Compared with tenofovir disoproxil fumarate (TDF), tenofovir alafenamide (TAF) has been associated with improvement in markers of renal dysfunction in individual randomised trials; however the comparative incidence of clinically significant renal events remains unclear.
We used a pooled data approach to increase the person-years of drug exposure analysed, maximizing our ability to detect differences in clinically significant outcomes.
We pooled clinical renal safety data across 26 treatment naïve and antiretroviral switch studies in order to compare the incidence of proximal renal tubulopathy (PRT) and discontinuation due to renal adverse events (AEs) between participants taking TAF-containing regimens versus those taking TDF-containing regimens. We performed secondary analyses from seven large randomised studies (two treatment-naïve and five switch studies) to compare incidence of renal AEs, treatment-emergent proteinuria, changes in serum creatinine, creatinine clearance, and urinary biomarkers (albumin, beta-2-microglobulin, and retinol binding protein to creatinine ratios).
Our integrated analysis included 9,322 adults and children with HIV (n = 6360 TAF, n = 2962 TDF) with exposure of 12,519 person-years to TAF and 5947 to TDF. There were no cases of PRT in participants receiving TAF versus 10 cases in those receiving TDF (p < 0.001), and fewer individuals on TAF (3/6360) versus TDF (14/2962) (p < 0.001) discontinued due to a renal AE. Participants initiating TAF- vs. TDF-based regimens had more favourable changes in renal biomarkers through 96 weeks of therapy.
These pooled data from 26 studies, with over 12,500 person-years of follow-up in children and adults, support the comparative renal safety of TAF over TDF.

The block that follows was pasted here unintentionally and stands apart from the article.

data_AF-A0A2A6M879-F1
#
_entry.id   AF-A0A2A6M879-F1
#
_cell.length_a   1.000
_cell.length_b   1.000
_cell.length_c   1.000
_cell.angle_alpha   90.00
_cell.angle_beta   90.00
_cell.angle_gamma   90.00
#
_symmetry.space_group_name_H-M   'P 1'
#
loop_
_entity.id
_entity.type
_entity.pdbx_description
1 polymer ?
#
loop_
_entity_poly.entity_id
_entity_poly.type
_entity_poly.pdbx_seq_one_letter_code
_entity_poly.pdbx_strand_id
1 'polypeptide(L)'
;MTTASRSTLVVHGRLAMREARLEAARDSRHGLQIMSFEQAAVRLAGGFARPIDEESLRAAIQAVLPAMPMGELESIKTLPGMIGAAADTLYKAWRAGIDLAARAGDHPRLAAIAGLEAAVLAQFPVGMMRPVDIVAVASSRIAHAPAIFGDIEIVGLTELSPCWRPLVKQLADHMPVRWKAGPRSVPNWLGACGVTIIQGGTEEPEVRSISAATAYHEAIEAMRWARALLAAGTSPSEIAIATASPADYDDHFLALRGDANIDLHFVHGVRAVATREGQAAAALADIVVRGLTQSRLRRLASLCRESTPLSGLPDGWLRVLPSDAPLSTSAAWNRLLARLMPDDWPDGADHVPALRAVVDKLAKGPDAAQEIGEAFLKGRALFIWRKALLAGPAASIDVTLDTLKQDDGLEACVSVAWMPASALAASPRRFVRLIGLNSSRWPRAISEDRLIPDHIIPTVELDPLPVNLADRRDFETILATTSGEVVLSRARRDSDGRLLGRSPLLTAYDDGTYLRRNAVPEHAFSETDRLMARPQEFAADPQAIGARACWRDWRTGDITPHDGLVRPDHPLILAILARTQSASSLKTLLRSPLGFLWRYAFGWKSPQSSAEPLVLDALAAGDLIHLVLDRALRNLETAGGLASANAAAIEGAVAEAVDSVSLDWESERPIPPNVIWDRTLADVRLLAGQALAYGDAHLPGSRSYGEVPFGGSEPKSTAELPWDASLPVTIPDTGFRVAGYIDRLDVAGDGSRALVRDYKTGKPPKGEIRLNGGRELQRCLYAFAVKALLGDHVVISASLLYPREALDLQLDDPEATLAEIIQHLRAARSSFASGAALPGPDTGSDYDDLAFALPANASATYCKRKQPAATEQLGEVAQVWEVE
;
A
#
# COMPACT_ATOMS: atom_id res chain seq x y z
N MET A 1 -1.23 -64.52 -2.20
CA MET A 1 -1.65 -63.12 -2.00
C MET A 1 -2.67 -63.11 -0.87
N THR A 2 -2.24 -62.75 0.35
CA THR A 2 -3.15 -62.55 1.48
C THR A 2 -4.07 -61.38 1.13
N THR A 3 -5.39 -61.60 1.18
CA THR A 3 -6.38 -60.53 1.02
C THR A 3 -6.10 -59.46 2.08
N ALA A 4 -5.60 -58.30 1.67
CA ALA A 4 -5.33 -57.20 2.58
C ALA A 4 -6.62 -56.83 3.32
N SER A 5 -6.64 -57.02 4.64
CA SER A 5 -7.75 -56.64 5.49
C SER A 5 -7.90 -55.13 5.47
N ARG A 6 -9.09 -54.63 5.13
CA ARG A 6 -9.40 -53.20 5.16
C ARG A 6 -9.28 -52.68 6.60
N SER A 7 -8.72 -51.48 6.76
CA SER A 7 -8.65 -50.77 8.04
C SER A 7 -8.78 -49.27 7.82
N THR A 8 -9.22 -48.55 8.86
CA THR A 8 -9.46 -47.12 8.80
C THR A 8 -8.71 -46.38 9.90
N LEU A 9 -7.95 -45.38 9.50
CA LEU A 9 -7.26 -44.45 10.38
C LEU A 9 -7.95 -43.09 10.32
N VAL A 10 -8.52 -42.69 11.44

This is an open access article distributed under the Creative Commons Attribution License 4.0 (CCBY), which permits unrestricted use, distribution, and reproduction in any medium, provided the original work is properly cited. http://creativecommons.org/licenses/by/4.0
aDepartment of Medicine at the Indiana University School of Medicine, Indianapolis, IN, USA
bKing's College Hospital NHS Foundation Trust, London, UK
cHospital Universitario La Paz, Instituto de Investigación Hospital La Paz, Madrid, ES
dDepartment of Medicine, Division of Infectious Diseases, UNC School of Medicine, Chapel Hill, NC, USA
eDivision of Infectious Diseases, The University of North Carolina at Chapel Hill, Chapel Hill, NC, USA
fSexual Health and Clinical Trials, Royal Sussex County Hospital, Brighton, UK
gBrigham and Women's Hospital, Harvard Medical School, Boston, MA, USA
hInfectious Disease Medical Center, Hamburg, DE
iUniversitatsklinikum, Essen, DE
jChelsea and Westminster Hospital and St Stephens AIDS Trust, London, UK
kInfectious Diseases Service of the Hospital Universitario de Bellvitge, Barcelona, ES
lMortimer Market Center, London, UK
mBarts Health NHS Trust, Royal London Hospital, Ambrose King Centre, London, UK
nUniversity Hospital Bonn, Bonn, DE
oDepartment of Internal Medicine and Infectious Diseases, University Medical Center Utrecht, NL
pUniversitat de Vic-Universitat Central de Catalunya, Barcelona, ES
qDepartment of Clinical Investigations, Whitman Walker Health, Washington, DC, USA
rGilead Sciences, Inc., Foster City, CA, USA.
Correspondence to Samir K. Gupta, MD, MS, Indiana University School of Medicine, Division of Infectious Diseases, Emerson Hall, Suite 421, 545 Barnhill Drive, Indianapolis, IN 46202, USA, Tel+: 317-274-7926; Fax+: 317-274-1587; e-mail: email@example.com; Moupali Das, MD, MPH, Gilead Sciences, Inc., 333 Lakeside Drive, Foster City, CA 94494 USA; Tel+: 650-522-4511; e-mail: Moupali.Das@gilead.com.
Received 20 December, 2018
Revised 15 February, 2019
Accepted 18 February, 2019
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